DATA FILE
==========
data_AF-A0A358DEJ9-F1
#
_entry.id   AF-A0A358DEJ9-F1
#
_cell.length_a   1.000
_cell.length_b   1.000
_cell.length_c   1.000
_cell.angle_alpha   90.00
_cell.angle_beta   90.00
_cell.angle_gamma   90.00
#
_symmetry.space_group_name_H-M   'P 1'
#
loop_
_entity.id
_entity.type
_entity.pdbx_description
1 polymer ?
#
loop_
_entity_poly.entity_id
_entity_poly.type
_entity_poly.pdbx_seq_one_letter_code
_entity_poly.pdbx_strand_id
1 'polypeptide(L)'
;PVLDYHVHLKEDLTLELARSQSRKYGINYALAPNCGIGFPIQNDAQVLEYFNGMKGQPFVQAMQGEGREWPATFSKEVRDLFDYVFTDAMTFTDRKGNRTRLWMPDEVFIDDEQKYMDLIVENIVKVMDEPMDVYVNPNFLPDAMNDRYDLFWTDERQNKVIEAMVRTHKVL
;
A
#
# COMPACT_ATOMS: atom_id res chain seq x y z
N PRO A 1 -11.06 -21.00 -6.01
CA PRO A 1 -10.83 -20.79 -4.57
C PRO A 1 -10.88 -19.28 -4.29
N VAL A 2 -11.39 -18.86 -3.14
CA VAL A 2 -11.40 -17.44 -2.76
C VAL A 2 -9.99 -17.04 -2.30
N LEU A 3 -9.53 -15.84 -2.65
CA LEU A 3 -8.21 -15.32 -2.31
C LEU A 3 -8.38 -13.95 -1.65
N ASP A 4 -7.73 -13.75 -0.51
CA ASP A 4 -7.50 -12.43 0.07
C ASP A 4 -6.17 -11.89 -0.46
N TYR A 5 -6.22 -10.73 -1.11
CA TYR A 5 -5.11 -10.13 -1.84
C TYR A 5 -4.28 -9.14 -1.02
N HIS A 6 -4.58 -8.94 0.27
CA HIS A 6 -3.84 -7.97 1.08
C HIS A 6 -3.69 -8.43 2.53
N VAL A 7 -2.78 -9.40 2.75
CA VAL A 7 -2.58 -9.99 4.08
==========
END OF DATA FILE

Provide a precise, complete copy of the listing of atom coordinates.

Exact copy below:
data_AF-A0A358DEJ9-F1
#
_entry.id   AF-A0A358DEJ9-F1
#
_cell.length_a   1.000
_cell.length_b   1.000
_cell.length_c   1.000
_cell.angle_alpha   90.00
_cell.angle_beta   90.00
_cell.angle_gamma   90.00
#
_symmetry.space_group_name_H-M   'P 1'
#
loop_
_entity.id
_entity.type
_entity.pdbx_description
1 polymer ?
#
loop_
_entity_poly.entity_id
_entity_poly.type
_entity_poly.pdbx_seq_one_letter_code
_entity_poly.pdbx_strand_id
1 'polypeptide(L)'
;PVLDYHVHLKEDLTLELARSQSRKYGINYALAPNCGIGFPIQNDAQVLEYFNGMKGQPFVQAMQGEGREWPATFSKEVRDLFDYVFTDAMTFTDRKGNRTRLWMPDEVFIDDEQKYMDLIVENIVKVMDEPMDVYVNPNFLPDAMNDRYDLFWTDERQNKVIEAMVRTHKVL
;
A
#
# COMPACT_ATOMS: atom_id res chain seq x y z
N PRO A 1 -11.06 -21.00 -6.01
CA PRO A 1 -10.83 -20.79 -4.57
C PRO A 1 -10.88 -19.28 -4.29
N VAL A 2 -11.39 -18.86 -3.14
CA VAL A 2 -11.40 -17.44 -2.76
C VAL A 2 -9.99 -17.04 -2.30
N LEU A 3 -9.53 -15.84 -2.65
CA LEU A 3 -8.21 -15.32 -2.31
C LEU A 3 -8.38 -13.95 -1.65
N ASP A 4 -7.73 -13.75 -0.51
CA ASP A 4 -7.50 -12.43 0.07
C ASP A 4 -6.17 -11.89 -0.46
N TYR A 5 -6.22 -10.73 -1.11
CA TYR A 5 -5.11 -10.13 -1.84
C TYR A 5 -4.28 -9.14 -1.02
N HIS A 6 -4.58 -8.94 0.27
CA HIS A 6 -3.84 -7.97 1.08
C HIS A 6 -3.69 -8.43 2.53
N VAL A 7 -2.78 -9.40 2.75
CA VAL A 7 -2.58 -9.99 4.08